Bryan Wilder and Kenneth O. Stanley (2015)
Altruists Proliferate Even at a Selective Disadvantage within Their Own Niche
In: PLoS ONE 10(6): e0128654. doi:10.1371/journal.pone.0128654 (11 pages in PDF).

Source code for the experimental results in this paper is available.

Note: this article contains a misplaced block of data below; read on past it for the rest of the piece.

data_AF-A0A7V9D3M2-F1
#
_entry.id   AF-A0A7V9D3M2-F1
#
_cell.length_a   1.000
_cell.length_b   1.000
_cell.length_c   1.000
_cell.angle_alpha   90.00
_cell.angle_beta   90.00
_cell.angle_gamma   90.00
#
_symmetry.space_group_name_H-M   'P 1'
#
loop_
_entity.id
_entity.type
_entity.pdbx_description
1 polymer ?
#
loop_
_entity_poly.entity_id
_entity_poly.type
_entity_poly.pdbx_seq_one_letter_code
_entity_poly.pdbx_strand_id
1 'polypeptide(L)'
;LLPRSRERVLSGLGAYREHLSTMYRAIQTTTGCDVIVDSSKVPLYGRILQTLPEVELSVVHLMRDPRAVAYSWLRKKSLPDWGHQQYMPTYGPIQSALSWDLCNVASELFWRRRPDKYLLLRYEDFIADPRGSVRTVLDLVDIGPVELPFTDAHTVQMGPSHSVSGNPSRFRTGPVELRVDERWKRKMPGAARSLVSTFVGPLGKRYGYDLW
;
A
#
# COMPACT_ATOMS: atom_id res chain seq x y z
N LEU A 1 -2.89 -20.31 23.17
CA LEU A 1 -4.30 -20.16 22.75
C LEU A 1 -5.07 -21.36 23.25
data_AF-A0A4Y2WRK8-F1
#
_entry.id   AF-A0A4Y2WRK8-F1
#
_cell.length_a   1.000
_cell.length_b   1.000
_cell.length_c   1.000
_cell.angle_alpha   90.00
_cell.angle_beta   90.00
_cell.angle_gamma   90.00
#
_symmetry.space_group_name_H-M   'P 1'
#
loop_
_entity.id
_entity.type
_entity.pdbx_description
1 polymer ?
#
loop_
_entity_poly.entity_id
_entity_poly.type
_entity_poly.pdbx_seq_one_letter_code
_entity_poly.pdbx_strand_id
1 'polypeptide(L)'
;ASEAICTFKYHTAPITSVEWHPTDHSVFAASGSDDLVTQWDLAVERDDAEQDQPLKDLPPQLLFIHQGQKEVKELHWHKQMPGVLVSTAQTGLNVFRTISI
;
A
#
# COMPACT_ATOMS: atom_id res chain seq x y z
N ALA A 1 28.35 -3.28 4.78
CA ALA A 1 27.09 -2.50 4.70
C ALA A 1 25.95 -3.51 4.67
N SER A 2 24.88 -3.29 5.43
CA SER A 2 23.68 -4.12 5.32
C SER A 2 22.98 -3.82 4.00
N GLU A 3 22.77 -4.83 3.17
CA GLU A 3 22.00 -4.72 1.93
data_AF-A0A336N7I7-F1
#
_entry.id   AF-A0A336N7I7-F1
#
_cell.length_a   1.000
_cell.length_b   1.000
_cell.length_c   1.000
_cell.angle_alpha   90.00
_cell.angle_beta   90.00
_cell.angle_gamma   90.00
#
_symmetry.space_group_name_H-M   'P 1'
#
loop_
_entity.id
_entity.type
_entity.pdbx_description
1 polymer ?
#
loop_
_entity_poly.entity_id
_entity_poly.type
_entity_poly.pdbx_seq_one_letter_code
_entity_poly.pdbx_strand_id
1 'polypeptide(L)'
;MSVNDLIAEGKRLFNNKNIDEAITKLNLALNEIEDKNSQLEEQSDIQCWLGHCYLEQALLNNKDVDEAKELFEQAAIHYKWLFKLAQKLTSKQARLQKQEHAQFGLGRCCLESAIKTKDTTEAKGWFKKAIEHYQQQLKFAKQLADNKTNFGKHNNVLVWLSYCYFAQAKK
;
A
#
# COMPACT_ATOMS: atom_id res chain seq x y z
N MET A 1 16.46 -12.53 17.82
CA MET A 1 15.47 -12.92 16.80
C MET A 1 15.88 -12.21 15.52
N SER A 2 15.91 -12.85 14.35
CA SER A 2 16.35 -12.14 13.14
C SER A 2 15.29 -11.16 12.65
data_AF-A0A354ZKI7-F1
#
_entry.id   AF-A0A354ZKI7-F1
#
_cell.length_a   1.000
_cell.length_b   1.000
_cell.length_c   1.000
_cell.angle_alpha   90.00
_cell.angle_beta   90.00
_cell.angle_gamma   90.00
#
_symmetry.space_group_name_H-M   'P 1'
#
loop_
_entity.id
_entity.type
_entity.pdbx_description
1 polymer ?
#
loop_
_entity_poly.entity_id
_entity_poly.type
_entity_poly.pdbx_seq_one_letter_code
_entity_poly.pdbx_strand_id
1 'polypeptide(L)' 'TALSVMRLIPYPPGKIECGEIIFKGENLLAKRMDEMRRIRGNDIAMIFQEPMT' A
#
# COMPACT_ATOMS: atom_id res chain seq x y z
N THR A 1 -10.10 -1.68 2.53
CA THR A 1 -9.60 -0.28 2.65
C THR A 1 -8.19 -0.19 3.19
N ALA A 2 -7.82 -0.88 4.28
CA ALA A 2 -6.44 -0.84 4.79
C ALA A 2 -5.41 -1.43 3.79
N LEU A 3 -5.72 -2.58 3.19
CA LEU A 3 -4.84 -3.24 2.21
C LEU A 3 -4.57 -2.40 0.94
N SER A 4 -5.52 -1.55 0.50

The evolutionary origin of altruism is a long-standing puzzle. Numerous explanations have been proposed, most prominently based on inclusive fitness or group selection. One possibility that has not yet been considered is that new niches will be created disproportionately often when altruism appears, perhaps by chance, causing altruists to be over-represented in such new niches. This effect is a novel variant of group selection in which altruistic groups benefit by discovering unoccupied niches instead of by competing for the limited resources within a single niche. Both an analytical population genetics model and computational simulations support that altruism systematically arises due to this side effect of increased carrying capacity even when it is strongly selected against within any given niche. In fact, even when selection is very strongly negative and altruism does not develop in most populations, it can still be expected to be observed in a consistent fraction of species. The ecological structure provided by niches thereby may be sufficient for altruists to proliferate even if they are always at a disadvantage within each niche considered individually.